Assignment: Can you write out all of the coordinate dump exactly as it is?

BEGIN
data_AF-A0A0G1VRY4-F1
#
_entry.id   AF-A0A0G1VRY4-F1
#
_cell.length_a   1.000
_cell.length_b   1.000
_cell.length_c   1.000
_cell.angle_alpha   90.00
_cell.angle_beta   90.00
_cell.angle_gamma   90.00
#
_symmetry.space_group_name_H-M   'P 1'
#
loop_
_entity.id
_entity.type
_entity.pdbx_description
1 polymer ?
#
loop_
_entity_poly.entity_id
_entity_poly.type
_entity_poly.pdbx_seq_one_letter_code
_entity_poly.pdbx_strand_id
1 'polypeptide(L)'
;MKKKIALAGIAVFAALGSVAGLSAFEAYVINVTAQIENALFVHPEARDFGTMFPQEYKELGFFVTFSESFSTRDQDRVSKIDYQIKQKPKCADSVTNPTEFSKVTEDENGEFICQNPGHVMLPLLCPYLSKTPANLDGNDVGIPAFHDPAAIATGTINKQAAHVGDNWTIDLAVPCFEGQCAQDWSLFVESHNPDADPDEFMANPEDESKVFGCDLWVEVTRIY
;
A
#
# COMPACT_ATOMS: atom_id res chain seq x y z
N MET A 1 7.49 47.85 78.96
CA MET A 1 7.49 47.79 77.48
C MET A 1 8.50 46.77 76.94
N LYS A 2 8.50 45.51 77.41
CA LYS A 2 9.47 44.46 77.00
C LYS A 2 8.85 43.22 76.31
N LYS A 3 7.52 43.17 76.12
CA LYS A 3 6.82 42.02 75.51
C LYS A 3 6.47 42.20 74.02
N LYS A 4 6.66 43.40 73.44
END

data_AF-A0A0G1VRY4-F1
#
_entry.id   AF-A0A0G1VRY4-F1
#
_cell.length_a   1.000
_cell.length_b   1.000
_cell.length_c   1.000
_cell.angle_alpha   90.00
_cell.angle_beta   90.00
_cell.angle_gamma   90.00
#
_symmetry.space_group_name_H-M   'P 1'
#
loop_
_entity.id
_entity.type
_entity.pdbx_description
1 polymer ?
#
loop_
_entity_poly.entity_id
_entity_poly.type
_entity_poly.pdbx_seq_one_letter_code
_entity_poly.pdbx_strand_id
1 'polypeptide(L)'
;MKKKIALAGIAVFAALGSVAGLSAFEAYVINVTAQIENALFVHPEARDFGTMFPQEYKELGFFVTFSESFSTRDQDRVSKIDYQIKQKPKCADSVTNPTEFSKVTEDENGEFICQNPGHVMLPLLCPYLSKTPANLDGNDVGIPAFHDPAAIATGTINKQAAHVGDNWTIDLAVPCFEGQCAQDWSLFVESHNPDADPDEFMANPEDESKVFGCDLWVEVTRIY
;
A
#
# COMPACT_ATOMS: atom_id res chain seq x y z
N MET A 1 7.49 47.85 78.96
CA MET A 1 7.49 47.79 77.48
C MET A 1 8.50 46.77 76.94
N LYS A 2 8.50 45.51 77.41
CA LYS A 2 9.47 44.46 77.00
C LYS A 2 8.85 43.22 76.31
N LYS A 3 7.52 43.17 76.12
CA LYS A 3 6.82 42.02 75.51
C LYS A 3 6.47 42.20 74.02
N LYS A 4 6.66 43.40 73.44